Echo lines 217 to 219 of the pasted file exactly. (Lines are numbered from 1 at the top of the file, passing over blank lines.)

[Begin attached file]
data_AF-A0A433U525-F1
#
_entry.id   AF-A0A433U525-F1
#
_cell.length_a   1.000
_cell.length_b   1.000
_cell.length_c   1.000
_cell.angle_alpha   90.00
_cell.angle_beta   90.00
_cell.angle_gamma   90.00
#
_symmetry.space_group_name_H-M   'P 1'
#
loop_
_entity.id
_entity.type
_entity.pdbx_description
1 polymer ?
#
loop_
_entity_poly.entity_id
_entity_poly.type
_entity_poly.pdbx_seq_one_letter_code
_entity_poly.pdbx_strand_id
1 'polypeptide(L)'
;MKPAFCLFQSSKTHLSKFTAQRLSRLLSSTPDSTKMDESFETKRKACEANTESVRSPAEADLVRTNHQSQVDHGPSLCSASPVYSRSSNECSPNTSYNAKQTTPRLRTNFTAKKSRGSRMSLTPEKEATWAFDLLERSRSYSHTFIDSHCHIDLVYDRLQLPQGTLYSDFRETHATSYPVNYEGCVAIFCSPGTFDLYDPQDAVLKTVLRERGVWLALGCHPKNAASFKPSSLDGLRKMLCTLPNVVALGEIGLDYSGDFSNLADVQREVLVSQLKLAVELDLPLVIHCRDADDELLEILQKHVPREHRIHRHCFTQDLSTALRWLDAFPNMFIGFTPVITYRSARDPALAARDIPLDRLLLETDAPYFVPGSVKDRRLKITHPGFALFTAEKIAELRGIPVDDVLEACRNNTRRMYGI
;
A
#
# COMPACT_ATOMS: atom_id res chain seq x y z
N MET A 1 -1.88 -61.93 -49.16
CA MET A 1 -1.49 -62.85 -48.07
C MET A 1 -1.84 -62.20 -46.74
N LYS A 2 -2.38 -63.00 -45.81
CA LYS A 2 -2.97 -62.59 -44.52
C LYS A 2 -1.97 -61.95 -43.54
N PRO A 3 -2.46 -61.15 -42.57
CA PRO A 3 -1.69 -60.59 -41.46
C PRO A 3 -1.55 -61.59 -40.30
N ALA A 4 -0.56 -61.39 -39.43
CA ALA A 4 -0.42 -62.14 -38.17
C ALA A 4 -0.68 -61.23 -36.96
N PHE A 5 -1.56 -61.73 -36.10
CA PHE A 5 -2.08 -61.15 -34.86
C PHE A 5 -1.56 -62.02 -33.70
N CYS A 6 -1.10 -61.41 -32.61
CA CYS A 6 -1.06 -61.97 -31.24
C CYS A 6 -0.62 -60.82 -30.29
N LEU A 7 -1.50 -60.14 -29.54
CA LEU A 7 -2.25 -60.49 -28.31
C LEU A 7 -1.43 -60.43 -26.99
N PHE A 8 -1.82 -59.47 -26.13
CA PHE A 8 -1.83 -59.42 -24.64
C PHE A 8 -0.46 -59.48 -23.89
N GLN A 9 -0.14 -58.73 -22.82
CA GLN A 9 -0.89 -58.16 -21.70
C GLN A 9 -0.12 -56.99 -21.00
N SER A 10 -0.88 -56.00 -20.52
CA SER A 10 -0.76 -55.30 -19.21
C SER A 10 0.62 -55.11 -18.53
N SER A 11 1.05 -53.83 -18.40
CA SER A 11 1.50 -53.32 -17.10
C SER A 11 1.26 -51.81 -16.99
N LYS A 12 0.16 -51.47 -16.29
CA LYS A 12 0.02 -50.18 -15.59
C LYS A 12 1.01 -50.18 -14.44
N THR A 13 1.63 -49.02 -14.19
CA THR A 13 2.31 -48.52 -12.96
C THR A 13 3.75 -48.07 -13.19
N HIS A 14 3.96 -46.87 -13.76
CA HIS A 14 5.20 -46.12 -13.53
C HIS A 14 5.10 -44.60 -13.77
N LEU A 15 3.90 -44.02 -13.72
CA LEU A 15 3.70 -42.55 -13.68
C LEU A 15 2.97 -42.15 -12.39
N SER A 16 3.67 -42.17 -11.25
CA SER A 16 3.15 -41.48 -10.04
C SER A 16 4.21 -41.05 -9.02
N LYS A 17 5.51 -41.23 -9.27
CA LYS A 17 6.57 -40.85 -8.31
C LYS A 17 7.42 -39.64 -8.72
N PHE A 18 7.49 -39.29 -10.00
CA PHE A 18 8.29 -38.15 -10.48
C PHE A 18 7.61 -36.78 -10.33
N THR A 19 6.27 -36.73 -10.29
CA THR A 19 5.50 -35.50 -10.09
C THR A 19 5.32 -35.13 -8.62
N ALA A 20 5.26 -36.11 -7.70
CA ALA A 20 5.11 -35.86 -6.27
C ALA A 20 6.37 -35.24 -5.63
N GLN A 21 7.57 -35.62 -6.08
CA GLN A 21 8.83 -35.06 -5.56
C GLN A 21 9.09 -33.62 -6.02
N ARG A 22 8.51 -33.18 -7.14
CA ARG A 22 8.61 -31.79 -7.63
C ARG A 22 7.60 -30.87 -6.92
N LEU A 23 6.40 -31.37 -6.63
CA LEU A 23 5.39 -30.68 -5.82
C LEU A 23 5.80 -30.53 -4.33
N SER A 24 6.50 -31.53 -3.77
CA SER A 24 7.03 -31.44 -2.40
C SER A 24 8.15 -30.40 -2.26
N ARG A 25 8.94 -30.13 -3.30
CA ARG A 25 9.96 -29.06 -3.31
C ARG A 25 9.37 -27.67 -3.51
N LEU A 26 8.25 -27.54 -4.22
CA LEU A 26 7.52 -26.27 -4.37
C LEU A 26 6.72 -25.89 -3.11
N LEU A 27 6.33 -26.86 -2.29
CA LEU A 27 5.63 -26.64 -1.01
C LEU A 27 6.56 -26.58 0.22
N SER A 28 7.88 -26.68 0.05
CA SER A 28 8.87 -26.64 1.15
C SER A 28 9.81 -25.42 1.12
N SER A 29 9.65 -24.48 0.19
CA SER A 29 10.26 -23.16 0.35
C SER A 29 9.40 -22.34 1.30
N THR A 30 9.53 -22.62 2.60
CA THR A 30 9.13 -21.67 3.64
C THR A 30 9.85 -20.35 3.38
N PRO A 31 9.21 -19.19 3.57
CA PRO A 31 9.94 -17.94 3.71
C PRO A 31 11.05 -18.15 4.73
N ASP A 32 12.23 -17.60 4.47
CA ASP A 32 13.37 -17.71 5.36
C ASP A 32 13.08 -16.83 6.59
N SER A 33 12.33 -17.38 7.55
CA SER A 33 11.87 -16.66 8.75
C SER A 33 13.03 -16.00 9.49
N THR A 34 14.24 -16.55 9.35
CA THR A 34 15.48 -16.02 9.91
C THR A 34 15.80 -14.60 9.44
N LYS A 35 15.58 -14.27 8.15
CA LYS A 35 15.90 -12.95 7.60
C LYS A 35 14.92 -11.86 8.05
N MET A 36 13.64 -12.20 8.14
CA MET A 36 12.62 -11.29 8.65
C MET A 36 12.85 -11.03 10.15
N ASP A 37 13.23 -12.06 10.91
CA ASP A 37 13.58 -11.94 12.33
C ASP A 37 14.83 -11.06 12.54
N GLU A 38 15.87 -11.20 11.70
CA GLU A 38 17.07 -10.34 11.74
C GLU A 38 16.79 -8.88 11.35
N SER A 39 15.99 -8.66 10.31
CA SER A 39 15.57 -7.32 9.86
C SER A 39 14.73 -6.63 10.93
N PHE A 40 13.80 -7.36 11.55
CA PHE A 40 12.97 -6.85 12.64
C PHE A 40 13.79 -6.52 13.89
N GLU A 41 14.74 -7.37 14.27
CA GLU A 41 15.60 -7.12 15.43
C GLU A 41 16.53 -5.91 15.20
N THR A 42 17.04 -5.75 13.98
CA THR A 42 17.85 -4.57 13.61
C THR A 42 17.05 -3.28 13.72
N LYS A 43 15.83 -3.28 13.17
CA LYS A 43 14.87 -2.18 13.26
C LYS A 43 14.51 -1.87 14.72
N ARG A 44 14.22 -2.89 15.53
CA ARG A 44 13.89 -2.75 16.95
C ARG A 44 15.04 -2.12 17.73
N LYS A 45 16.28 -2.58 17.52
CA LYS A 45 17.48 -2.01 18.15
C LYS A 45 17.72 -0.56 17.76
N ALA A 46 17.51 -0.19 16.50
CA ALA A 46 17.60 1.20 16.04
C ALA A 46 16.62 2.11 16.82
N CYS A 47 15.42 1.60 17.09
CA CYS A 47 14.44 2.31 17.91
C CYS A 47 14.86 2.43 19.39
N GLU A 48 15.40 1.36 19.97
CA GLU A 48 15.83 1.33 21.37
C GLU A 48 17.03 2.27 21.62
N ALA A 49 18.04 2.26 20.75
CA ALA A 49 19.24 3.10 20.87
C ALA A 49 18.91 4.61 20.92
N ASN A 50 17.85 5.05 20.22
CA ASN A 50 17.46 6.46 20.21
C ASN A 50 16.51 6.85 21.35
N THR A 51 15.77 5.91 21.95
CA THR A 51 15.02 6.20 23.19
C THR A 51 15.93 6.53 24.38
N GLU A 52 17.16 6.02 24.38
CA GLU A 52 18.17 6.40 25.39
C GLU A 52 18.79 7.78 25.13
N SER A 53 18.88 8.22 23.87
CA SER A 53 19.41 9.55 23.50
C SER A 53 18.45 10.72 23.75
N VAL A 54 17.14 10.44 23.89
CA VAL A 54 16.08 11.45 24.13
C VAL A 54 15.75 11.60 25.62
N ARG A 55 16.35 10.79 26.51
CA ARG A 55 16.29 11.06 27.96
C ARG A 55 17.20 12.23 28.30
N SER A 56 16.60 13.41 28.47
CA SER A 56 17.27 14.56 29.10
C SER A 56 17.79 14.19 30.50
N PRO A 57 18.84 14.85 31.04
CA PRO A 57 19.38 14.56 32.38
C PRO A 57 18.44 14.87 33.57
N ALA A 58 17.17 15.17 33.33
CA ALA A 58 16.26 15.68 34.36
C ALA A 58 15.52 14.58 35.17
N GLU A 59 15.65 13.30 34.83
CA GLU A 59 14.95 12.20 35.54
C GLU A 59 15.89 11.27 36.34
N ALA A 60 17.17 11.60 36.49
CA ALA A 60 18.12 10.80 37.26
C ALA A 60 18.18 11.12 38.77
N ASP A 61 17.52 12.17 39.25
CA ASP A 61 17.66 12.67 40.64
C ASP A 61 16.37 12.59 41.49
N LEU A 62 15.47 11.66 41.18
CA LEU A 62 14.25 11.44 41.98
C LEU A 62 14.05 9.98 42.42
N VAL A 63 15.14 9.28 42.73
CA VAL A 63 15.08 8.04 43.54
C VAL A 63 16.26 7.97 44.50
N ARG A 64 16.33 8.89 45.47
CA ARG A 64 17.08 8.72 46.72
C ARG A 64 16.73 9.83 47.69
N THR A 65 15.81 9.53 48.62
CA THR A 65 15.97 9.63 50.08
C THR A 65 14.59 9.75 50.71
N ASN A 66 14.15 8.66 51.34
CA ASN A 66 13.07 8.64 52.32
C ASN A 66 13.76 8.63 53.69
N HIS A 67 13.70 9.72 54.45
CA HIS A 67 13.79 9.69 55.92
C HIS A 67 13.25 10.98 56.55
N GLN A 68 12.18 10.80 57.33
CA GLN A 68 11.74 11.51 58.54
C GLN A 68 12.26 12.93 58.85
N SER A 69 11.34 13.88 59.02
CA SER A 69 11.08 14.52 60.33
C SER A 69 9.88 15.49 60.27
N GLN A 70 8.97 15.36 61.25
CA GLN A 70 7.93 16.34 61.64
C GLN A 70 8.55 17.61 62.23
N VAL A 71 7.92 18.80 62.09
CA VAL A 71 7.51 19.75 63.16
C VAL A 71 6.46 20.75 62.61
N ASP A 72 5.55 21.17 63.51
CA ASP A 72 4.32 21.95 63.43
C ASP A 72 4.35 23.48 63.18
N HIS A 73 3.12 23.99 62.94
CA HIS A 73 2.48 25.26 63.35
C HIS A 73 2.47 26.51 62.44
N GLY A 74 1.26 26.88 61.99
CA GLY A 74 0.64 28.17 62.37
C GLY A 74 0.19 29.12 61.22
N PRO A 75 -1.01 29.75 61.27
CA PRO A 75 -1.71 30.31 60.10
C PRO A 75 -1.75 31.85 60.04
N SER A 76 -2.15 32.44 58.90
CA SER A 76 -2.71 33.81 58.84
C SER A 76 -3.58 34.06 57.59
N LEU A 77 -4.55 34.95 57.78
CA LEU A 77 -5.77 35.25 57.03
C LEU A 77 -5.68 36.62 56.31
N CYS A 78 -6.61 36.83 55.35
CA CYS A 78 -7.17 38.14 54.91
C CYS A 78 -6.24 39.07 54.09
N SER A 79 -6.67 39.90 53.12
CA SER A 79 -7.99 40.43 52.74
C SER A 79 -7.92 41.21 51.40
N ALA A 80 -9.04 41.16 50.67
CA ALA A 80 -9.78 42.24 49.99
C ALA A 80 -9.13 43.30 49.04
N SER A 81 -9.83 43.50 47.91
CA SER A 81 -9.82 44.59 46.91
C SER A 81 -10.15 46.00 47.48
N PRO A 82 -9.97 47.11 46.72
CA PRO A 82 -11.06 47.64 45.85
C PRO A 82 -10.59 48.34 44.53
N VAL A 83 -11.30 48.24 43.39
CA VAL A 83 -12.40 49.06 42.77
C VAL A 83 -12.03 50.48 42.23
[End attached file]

N VAL A 63 15.14 9.28 42.73
CA VAL A 63 15.08 8.04 43.54
C VAL A 63 16.26 7.97 44.50